At Chew Stoke Church School it is our intention to enable children to find, explore, analyse, exchange and present information. We also focus on developing the skills necessary for children to be able to use information in a discriminating and effective way. We want children to know more, remember more and understand more in computing so that they leave primary school computer literate. Computing skills are a major factor in enabling children to be confident, creative and independent learners and it is our intention that children have every opportunity available to allow them to achieve this. We intend to build a computing curriculum that develops pupil’s learning and results in the acquisition of knowledge of the world around them that ensures all pupils can understand and apply the fundamental principles and concepts of computer science, including abstraction, logic, algorithms and data representation can analyse problems in computational terms, and have repeated practical experience of writing computer programs in order to solve such problems. We have built a computing curriculum that prepares pupils to live safely in an increasingly digital British society where pupils can evaluate and apply information technology, including new or unfamiliar technologies, analytically to solve problems.
Chew Stoke Church School follows the Purple Mash scheme of work which covers the whole primary curriculum with a clear structure of progression building on children’s previous knowledge. It uses resources embedded within the platform which allows pupils to save, combine and import content which can be shared across the school safely. The Purple Mash platform is also used across the curriculum to embed the use of technology in other subjects.
In Early Years Foundation Stage
Children in our Early Years provision recognise that a range of technology is used in places such as homes and schools. They select and use technology for particular purposes. They will be exposed to the understanding of internet safety as they explore the world around them and how technology is an everyday part of their learning and understanding of the world.
They have opportunities to learn to:
Operate simple equipment.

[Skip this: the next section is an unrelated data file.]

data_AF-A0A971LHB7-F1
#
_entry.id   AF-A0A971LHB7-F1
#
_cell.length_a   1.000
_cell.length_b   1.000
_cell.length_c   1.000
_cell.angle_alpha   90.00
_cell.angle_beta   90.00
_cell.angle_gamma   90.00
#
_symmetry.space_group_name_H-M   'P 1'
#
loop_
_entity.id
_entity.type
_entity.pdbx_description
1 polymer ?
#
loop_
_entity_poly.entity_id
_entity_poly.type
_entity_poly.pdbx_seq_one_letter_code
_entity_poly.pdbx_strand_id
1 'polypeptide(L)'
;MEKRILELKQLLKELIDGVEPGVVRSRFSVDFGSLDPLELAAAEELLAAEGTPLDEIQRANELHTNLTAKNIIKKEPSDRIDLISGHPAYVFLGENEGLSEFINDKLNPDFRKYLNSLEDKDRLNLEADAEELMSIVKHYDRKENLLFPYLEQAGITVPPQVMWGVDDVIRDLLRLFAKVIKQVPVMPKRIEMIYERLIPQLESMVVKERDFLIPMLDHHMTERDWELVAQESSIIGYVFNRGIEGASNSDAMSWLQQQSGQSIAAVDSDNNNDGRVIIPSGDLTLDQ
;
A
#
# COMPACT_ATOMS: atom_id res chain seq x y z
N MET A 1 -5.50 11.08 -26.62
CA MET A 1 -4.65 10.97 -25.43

Retrieve information from computers.
Complete simple programs on a computer.
Use ICT hardware to interact with age-appropriate computer software.
In Key Stage 1
To understand what algorithms are; how they are implemented as programs on digital devices; and that programs execute by following precise and unambiguous instructions.
To create and debug simple programs and use logical reasoning to predict the behaviour of simple programs.
How to use a range of technology purposefully to create, organise, store, manipulate and retrieve digital content as well as recognise common uses of information technology beyond school.
To use technology safely and respectfully, keeping personal information private; identify where to go for help and support when they have concerns about content or contact on the internet or other online technologies.
In Key Stage 2
To design, write and debug programs that accomplish specific goals, including controlling or simulating physical systems; solve problems by decomposing them into smaller parts.
To use sequence, selection, and repetition in programs, use logical reasoning to explain how some simple algorithms work and correct errors in algorithms and programs.
To understand computer networks, including the internet, and the opportunities they offer for communication and collaboration. They will use search technologies effectively, learn to appreciate how results are selected and ranked, and be discerning in evaluating digital content.
To select, use and combine a variety of software (including internet services) on a range of digital devices to create a range of programs, systems and content that accomplish given goals.
To use technology safely, respectfully and responsibly; recognise acceptable/unacceptable behaviour; identify a range of ways to report concerns about content and contact.
Teaching and learning should facilitate progression across all key stages within the strands of digital literacy, information technology and computer science. Children will have the opportunity to explore and respond to key issues such as digital communication, cyber-bullying, online safety, security, plagiarism and social media. Wider Curriculum links and opportunities for the safe use of digital systems are considered in wider curriculum planning. The importance of online safety is shown through displays within the learning environment. Parents are informed when issues relating to online safety arise and further information/support is provided if required. As well as opportunities underpinned within the scheme of work, children will also spend time further exploring the key issues associated with online safety.
Our Computing Curriculum is high quality, well thought out and is planned to demonstrate progression. Children will be confident users of technology, able to use it to accomplish a wide variety of goals, both at home and in school. Children will have a secure and comprehensive knowledge of the implications of technology and digital systems. This is important in a society where technologies and trends are rapidly evolving. Children will be able to apply the British values of democracy, tolerance, mutual respect, rule of law and liberty when using digital systems.
If children are keeping up with the curriculum, they are deemed to be making good or better progress.
We measure the impact of our Computing Curriculum by the following methods:
Pupil discussions and interviewing the pupils about their learning (pupil voice).
Moderation staff meetings with opportunities for dialogue between teachers.
Evidence from the Purple Mash software.
A reflection on standards achieved against the planned outcomes.
Learning walks and reflective staff feedback (teacher voice).
Dedicated Computing leader time.